• Comment 06/19/07: Many GBS employees received a memo today advising them that their jobs now require any amount of travel that management deems necessary A ploy to scare more employees into submission and further into slavery. Single fathers and mothers must now face the possibility of refusing a direct order from management and risk being fired or caring for their children. What a family oriented values company! -Threatened GBS Employee-
    • Comment 06/21/07: I talked to a former IBM SSR that was resourced to QUALXSERV a year ago. This person told me that MOST of the IBM SSR's that went to QUALXSERV have been let go by QUALXSERV. Can anyone verify that this has happened to the former IBM SSR's? -I knew it was going to happen-
    • Comment 06/22/07: I was one of the IBM SSR's moved to Qualxserv a year ago and am still here and busy as ever, covering IBM, Dell and Apple products. As far as I know the other ex IBMers in our group in the SE states are also still here. The first few months were very stressful until we hired additional people and everyone cross-trained but nowadays my workday is reasonably smooth. IBM is the biggest pain to deal with compared to the other companies, they will not change their inefficient processes for any reason. Glad to be out of the toxic environment at IBM . Ex Big Blue and loving it! -Anonymous-
    • Comment 06/25/07: Time to use LEAN to its fullest extent. It just kind of dawned on me what an opportunity we IBM'ers have in front of us. A real program that allows us to do as little as possible and get away with it. All you need do is use the "Welcome to Lean" mantra anytime you are asked to do anything. Simply say you are too busy. Would love to help you out - management won't let me - "Welcome to Lean". I have used it several times and it works let me tell you. Nobody doubts it. IBM wants LEAN - they're getting it from me I'll tell you that. Shoot- is that the time? Coffee break. back in 20. -Chauncy-
  • From the General Visitor's Comment page:
    • Comment 06/15/07: In response to "Formeribmer" on 06/14/2007 -- I can attest to the fact that there are fewer IBMers with disabilities around today than in the past, as well as older workers.

      The first action (or inaction) that I observed was at NHD in RTP back in the late 90's where a blind writer (who was, by all co workers accounts was doing quite well at his job), was let go due to performance issues. During the discussion of things with his 2nd line manager, Don Davis, it was revealed that the new incoming systems (Lotus Notes and Framemaker) were not yet endowed with the ability for screen readers (as were the legacy mainframe systems). This writer was essentially let go due to the software's inability to interface with 'on hand' screen readers. Don Davis's management chain (our third line and the writer's first line) up held this decision.

      I ASSUME that there was some type of package which allowed the writer to leave without too much hardship on his part, as he did not pursue the issue. Several of us (regular employees) looked into 'open dooring' this issue, but were told by our managers to let it drop unless we wanted to be next in line for layoffs. That was the first example of discrimination against handicapped workers that I observed.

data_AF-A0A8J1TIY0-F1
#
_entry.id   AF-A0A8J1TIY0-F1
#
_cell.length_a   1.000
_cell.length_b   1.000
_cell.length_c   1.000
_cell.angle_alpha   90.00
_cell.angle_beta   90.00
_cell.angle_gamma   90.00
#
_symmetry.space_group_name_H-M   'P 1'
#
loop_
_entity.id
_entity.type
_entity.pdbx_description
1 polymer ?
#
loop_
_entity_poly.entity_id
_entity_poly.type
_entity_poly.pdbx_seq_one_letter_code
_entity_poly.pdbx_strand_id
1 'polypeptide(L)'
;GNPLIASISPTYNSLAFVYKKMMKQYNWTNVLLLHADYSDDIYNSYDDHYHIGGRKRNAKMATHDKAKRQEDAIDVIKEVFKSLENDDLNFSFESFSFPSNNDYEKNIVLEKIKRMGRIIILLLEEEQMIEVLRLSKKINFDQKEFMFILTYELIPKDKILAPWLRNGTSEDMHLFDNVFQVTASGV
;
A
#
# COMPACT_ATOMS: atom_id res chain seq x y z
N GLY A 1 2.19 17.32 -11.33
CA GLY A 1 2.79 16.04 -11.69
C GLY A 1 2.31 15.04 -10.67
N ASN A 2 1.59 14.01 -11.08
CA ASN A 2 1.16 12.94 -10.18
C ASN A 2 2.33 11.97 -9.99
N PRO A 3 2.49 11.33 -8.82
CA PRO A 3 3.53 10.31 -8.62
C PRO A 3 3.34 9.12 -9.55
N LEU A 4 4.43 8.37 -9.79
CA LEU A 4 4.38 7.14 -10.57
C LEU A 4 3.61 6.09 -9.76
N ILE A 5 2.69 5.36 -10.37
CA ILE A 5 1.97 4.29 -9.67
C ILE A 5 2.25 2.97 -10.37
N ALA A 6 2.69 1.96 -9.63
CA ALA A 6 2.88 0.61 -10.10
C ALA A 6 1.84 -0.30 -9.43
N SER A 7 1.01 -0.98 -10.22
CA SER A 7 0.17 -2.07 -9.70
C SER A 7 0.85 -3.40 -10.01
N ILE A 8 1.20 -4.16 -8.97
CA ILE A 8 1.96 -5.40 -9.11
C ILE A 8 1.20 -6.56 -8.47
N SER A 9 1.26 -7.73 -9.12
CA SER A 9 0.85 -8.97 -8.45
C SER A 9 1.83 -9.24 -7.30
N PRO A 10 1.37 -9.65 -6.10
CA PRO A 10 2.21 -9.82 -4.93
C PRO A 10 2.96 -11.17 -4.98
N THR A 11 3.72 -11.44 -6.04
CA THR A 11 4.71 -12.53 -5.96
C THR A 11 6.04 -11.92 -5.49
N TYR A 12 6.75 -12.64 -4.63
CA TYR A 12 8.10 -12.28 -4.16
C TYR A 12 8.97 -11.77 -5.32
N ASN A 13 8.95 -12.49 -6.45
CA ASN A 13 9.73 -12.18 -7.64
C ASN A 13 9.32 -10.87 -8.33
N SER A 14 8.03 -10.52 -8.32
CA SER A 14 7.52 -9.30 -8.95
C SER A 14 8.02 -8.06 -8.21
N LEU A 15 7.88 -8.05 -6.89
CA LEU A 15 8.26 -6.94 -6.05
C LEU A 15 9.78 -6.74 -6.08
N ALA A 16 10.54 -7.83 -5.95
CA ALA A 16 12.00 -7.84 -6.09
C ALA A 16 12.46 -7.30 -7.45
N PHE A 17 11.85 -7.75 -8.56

Of course, I've also observed 4th line managers at 'all hands' meetings stating that they seek to change the mix of employees from 60% 'seasoned' and 40% 'fresh' to a mix of 40% 'seasoned' and 60% 'fresh'. This was at a meeting held by Helene Armitage at Austin AIX development. She never recanted her statement. The first instance was reported to local newspapers and the last one reported to 'The Alliance', but not enough outrage ensued to force management's hand to do the 'right' thing. I would like to see others post instances such as these so that we can 'air' some dirty laundry and let other see what has been really going on. -TexasBound, but not by IBM-

    • Comment 06/18/07: FormerIbmer! I am physically disabled and they had NO problem dumping me...and I was a productive employee...No matter...I am gone in less then 2 weeks.. -RemoteBoy-
    • Comment 06/21/07: Maybe we're too late. I just had a thought (and yes...it did hurt). A union vote requires cooperation but IBM has turned the employment environment into a zero-sum game. You want to be retained? Take it away from somebody else. Same for raises, promotions, et al. In a zero-sum game, you have to lose for me to win. This is not the environment that a union can make a toehold in. There is no cooperation possible between the competitors. Or maybe I'm just depressed from reading the Yahoo message boards. -Anonymous-
  • Pension Comments page
  • Raise and Salary Comments
    • Comment 06/18/07: Salary = 40k; Band Level = 2; Job Title = Prod Specialist; Years Service = 10; Hours/Week = 40; Location = East Fishkill, NY; Message = Very disgusted here with this so- called 2% or whatever increase. It's a slap in the face! My manager never even took the time to call me in the office and discuss it. Some people were told and others had no clue. Done very unprofessionally. IBM a big company and they treat the employees like trash! They can keep their 2% and stick it where the sun don't shine. It's just disgusting that a huge company behaves like this with their employees. What is wrong with you big blue? Siview ain't gonna be 100% either so we lose our jobs. I'll make sure that don't happen! Pissed off employee -Toby-
    • Comment 06/19/07: Here's the monthly salary survey update:
      • Band 4: 10 respondents, avg: $44K, standard deviation: $10K, range: (min/max reported): $32K to $60K